Only Fools and Horses do The Knowledge

Opposite the destination are offices of the left-leaning Southwark Council, but when you’re in the heart of the BBC comedy classic Only Fools and Horses, what should those council offices be named? Why Winnie Mandela House of course . . . . . . . . . .

Exclusively for Patrons, here is List 9: Run 143 the next ‘run’ from my travelogue Pootling around London: Manor House to Gibson Square, again I hope you find it both amusing and informative.

Thank You again for your support.

Blackwall Lane SE10 to Southampton Way SE5

We’re still with the aquatic theme today rubbing shoulders with two famous Englishmen, namely Vice-Admiral Horatio Nelson, 1st Viscount Nelson, 1st Duke of Bronté, KB the man whose naval brilliance saved the Nation from Napoleon Bonaparte’s ambition of ruling this green and pleasant land. And err . . . Del Boy Trotter.

It’s when you are discovering areas like Greenwich, there’s just too many ‘points’ to check out, so remember that subscribing to a points list, when you are sent regular updates of the current questions being asked at an Appearance, that gives you a fighting chance of remembering their location.

But as I start this run I find myself mildly excited, for Greenwich is one of my most loved villages in London and I’m ending this route in the heartland of a comedy hero.

Though, at the moment it couldn’t be a most prosaic start, for Blackwall Lane is the busy approach to the Blackwall Tunnel, lined with post-war local authority housing and industrial parks. One highlight found is Salutation Road leading to council offices. Do the employees greet each other with: “Hail Fellow, well met?”

Turning west into the road named after our eponymous hero of London’s most famous square, soon on the left is the steep hill of Greenwich Park with the Royal Observatory perched on its summit. It’s the beautiful Queen’s House that catches my eye at the foot of the escarpment.

Designed by Inigo Jones, Queen’s House is said to be the first classical Palladian buildings built in Britain after its architect returned from studying in Italy. Queen Mary, wife of Dutch King William loved the view of the Thames from this little elegant house, so when London’s most celebrated architect was charged with building on the river’s edge, Christopher Wren erected it in two halves. It was Mary who, subsequently changed the building’s use to a seaman’s hospital, which surely proves that our armed forces were respected more after fighting in the seventeenth century than some of today’s heroes.

Moving forward Trafalgar Road has become Romney Road and then Nelson Road, yet another reference to the seagoing hero.

On the right, I notice a shop called ‘Nauticalia: The First Shop in the World’, that would be before the Meridian Line was moved. In 1884, despite opposition from the French, it was decided that the Prime Meridian should be sited passing through Greenwich. Later a brass line was positioned outside the Observatory for the sole purpose that visitors could straddle the marker, claiming to stand on both halves of the Globe. Oh dear! Because of the extreme accuracy of GPS and taking into account the slight fluctuations of the earth’s sphere, the Meridian now is positioned 335ft further east. So the shop’s claim to be the first shop is, well slightly disingenuous.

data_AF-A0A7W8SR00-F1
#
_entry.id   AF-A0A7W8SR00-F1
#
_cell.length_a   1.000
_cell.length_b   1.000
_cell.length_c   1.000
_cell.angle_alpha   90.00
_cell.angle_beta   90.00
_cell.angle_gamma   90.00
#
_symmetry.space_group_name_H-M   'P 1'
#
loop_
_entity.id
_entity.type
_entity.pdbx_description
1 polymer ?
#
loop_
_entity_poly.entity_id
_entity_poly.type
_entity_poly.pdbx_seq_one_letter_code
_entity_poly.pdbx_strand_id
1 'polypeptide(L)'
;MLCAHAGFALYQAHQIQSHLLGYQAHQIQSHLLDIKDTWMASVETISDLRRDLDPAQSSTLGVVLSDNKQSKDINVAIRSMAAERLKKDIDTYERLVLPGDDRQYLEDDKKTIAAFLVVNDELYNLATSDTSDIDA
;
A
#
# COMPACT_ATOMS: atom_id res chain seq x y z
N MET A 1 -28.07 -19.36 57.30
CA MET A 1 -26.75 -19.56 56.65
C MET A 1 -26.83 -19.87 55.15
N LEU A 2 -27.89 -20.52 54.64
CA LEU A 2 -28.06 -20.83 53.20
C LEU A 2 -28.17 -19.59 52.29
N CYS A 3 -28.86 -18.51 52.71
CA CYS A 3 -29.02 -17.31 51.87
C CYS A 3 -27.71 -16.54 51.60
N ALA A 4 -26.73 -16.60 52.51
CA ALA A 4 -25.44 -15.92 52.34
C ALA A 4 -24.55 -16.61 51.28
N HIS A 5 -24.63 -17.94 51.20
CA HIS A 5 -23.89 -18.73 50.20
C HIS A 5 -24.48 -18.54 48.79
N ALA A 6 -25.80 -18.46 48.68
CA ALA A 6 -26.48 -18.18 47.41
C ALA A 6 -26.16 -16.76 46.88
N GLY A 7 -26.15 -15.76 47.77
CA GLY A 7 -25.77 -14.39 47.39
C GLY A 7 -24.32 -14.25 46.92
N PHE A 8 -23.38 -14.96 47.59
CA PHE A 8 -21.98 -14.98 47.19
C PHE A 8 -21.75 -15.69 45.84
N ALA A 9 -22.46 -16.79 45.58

On my left is the elegant Royal Hill, which must be one of the most desirable thoroughfares in London, but the journey soon proves that London really is a collection of diverse villages. For soon it’s Deptford and New Cross, both not known for being affluent areas, and riding on into Queens Road, not to be associated with the aforementioned Royal Hill.

Driving on into Peckham Road and on to my destination. Stopping at the junction of Southampton Way, I have to look for points. The most obvious is the prestigious Camberwell College of Arts whose alumni include designer Laurence Llewelyn-Bowen; jazz musician Humphrey Lyttelton; and film director Mike Leigh.

But the best is saved to last. Opposite the destination are offices of the left-leaning Southwark Council, but when you’re in the heart of the BBC comedy classic Only Fools and Horses, what should those council offices be named? Why Winnie Mandela House* of course.

*Killjoys have now redeveloped Winnie Mandela House, retaining the frontage and building affordable housing, a cafe and exhibition space for the nearby Camberwell College of Art to the rear, at the same time renaming the building Pelican House. The original Pelican House was built toward the end of the seventeenth century and got its name from models of pelicans that stood on brick pilasters at the entrance gates.

Knowledge of London and hypnotherapy
Many people when they go for their appearances suddenly find all the Knowledge of London they have acquired though hours of study and miles of riding on the ‘runs’ disappears as soon as they are asked a point or they have to ‘call over’ one point to another. They find themselves shaking, sweating, and stumbling over the most basic of words and points, annoyingly when they leave the Appearance it all becomes crystal clear again!

Sometimes that fear and anxiety can start in the appearance, in the waiting area, entering the building in Blackfriars or on the way there.

Hypnotherapy might be the solution. According to D McCarthy a member of the Hypnotherapy Association, the mind is trying to protect you from what it perceives as a danger because of the anxiety it generates, and since you keep going back it increases the fear to try to stop you.

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